Could a Salary Cap Work in Top Level Football?

Image for Could a Salary Cap Work in Top Level Football?

It’s great that the Football League has adopted the Financial Fair Play regulations that UEFA will be enforcing on the clubs above them and in top divisions across Europe. Well, sort of. It seems incredulous to me that such a rule has to be brought in to curb the excesses of teams. While we know that financial prudence is seemingly not a requirement to run a football team, surely Football (or in fact, Business) 101 contains the words “spending more than you bring in is not a sustainable strategy.”

As a fan of American sports, I’ve always been fascinated by the unique foibles that their leagues contain. Strictly defined player spending limits are enforced on the teams and spending above that is either prohibited or punished with a tax. With Leagues One and Two volunteering to restrict wages to 55% of turnover, it makes me wonder whether a salary cap would work at the top level.

Adding to the 25 man squad limit (in England) would be a hard cap. Squads would be forced to spread their resources across all of their players. Add a layer of ‘developmental’ players whose wages wouldn’t count against the cap (for example, aged under 21 with less than 30 senior appearances). Suddenly, financial doping is eliminated, massive biases of talent are reduced and the league becomes a more equitable place. Teams are less likely to keep players they won’t play and those players will be asked to be stars at smaller outfits.

Unfortunately, such a utopia will likely never happen. Unlike the NBA or the NFL, there are plenty of European destinations that will open their chequebooks for talented, hungry exiles from the Premier League. The usual arguments of trade restraints would also be cited. Promotion and relegation would also be interesting – obviously different tiers would have unique caps and teams moving between them might have difficulty in fitting under their new restrictions.

The textbook example is Newcastle who arrogantly didn’t think relegation would apply to them and as such, never put a wage reduction clause in their players’ contracts. If that happened in a cap environment, you would see a massive renegotiation or fire sale in the North East just to jettison the high earners from the wage bill.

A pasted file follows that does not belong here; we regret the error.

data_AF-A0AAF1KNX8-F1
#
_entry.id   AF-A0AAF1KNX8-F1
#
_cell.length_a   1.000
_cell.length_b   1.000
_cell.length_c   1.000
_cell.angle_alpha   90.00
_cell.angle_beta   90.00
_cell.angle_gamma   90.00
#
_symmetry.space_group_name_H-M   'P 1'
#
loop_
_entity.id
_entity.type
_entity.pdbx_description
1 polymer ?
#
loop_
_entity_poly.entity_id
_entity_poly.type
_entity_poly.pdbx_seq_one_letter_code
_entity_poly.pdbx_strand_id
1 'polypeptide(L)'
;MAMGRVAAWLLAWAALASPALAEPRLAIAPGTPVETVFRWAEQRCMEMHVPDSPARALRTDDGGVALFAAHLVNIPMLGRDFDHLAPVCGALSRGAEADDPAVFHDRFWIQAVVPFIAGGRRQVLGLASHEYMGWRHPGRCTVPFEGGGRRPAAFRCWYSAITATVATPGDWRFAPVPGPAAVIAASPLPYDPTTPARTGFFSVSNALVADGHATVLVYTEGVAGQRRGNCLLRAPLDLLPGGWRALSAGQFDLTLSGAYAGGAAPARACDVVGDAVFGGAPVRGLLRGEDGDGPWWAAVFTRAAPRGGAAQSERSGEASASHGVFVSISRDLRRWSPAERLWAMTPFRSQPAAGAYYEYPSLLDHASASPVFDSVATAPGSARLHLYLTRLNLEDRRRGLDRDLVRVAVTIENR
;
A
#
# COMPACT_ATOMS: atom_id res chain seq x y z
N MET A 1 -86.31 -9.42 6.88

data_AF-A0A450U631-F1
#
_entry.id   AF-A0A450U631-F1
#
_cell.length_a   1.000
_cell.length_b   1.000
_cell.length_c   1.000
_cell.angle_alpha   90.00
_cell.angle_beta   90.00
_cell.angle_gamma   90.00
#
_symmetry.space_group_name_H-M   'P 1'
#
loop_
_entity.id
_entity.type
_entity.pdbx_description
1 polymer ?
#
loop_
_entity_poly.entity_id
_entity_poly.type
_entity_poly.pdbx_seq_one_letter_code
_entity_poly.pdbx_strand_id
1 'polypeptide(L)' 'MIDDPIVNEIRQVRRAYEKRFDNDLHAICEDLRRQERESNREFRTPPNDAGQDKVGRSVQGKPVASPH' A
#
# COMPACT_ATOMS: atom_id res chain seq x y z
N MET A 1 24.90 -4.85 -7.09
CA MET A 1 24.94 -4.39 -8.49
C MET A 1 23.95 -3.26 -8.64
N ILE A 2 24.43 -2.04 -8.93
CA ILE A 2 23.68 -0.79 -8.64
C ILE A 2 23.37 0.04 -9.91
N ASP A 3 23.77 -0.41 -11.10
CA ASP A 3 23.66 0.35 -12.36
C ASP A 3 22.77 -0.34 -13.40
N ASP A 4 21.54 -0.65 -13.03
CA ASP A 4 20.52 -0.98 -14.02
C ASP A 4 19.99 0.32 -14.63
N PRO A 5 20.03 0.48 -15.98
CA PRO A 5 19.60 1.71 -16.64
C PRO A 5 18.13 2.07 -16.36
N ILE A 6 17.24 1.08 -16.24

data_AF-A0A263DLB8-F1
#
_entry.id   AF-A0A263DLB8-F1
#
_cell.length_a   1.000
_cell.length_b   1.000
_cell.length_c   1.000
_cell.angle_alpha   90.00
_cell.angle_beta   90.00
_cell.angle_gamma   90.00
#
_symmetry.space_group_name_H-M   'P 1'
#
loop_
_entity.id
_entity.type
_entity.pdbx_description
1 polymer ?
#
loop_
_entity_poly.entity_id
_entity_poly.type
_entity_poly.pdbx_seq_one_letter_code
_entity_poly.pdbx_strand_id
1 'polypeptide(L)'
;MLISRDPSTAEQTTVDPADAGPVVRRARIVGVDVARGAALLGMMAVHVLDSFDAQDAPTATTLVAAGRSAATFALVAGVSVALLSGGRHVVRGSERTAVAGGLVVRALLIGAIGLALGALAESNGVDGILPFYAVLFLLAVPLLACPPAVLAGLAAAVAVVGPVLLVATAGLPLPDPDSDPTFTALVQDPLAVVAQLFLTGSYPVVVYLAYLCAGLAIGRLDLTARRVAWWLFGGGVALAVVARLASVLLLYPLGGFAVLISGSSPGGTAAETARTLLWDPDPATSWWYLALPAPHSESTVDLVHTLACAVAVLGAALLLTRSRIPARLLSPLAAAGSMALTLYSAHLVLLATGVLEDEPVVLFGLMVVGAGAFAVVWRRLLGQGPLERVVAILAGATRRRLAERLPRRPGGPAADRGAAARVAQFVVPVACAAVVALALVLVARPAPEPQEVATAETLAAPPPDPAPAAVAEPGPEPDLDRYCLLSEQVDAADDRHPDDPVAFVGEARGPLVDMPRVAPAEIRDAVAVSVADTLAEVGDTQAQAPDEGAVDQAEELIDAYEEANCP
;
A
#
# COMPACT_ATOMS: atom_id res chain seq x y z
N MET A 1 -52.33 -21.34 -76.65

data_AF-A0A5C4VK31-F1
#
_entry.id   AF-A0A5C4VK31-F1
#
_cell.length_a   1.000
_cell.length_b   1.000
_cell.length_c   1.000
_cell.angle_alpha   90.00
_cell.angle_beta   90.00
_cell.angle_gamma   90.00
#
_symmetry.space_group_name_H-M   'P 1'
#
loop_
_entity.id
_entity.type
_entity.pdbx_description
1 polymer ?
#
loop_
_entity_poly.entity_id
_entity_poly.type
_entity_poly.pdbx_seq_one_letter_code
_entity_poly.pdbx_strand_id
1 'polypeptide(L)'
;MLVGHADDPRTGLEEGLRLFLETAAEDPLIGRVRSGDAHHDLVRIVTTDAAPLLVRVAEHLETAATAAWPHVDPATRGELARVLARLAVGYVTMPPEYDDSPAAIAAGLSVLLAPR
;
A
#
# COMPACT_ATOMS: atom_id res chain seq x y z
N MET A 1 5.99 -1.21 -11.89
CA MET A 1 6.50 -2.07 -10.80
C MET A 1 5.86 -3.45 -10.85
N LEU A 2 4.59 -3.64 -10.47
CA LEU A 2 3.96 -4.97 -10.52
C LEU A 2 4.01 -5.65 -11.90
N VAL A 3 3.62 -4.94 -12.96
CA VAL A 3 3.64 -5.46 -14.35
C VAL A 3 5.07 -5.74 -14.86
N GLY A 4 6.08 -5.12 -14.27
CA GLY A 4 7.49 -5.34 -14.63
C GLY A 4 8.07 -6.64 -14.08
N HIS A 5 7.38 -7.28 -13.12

There’s a chance that prospective owners wouldn’t invest in British top level clubs as they can’t buy the league. Would the likes of Sheikh Mansour spend so much on Manchester City if he realised that his total playing staff costs were set by the league office? Would that necessarily be a bad thing though? Not for some xenophobic reason with a cap but to prevent the stockpiling of talented players that would make the league better and more competitive. Players like Michael Johnson could be loaned out to recover from injury and compete for a place on his return.

Obviously, salary caps are something of an American invention. Major League Soccer is a convoluted mess of a cap, with loopholes and reserve lists and designated players. All of this is to protect the major tenet of the league, which is decidedly un-American: Prevent an open market. The re-entry and supplemental drafts prevent the teams from bidding on free agents. It’s a smart move in America, where the league is a developmental stage for young Yanks to be mentored by world stars but it isn’t something that would work around the rest of the footballing world.

So, to return to the original question: Could a salary cap work in Europe? In theory, I think so. And I think the vast majority of fans at lower league clubs would be in favour. It isn’t such an outdated notion, when you consider that less than two decades ago, the Bosman ruling was a mere glint in the eyes of European lawmakers. They will be the party that ultimately determines whether this would happen. The usual arguments would be made, that it would be a restriction of trade or a way to prevent the effective freedom of movement between citizens and member states. That’s why it won’t happen and while Financial Fair Play is a step in the right direction, things should be taken further to prevent an impending crisis within the sport.

Is Financial Fair Play the way forward? Or should the free market rule? Let me know on Twitter @Hashistweeting are seeking new writers to join the team! If you’re passionate about football, drop us a line at “” to learn more.

To have a peak at the top SEVEN available FREE TRANSFERS this summer, click here.

Or to have a look at 10 ways a football lover can spend this summer, click here!

Share this article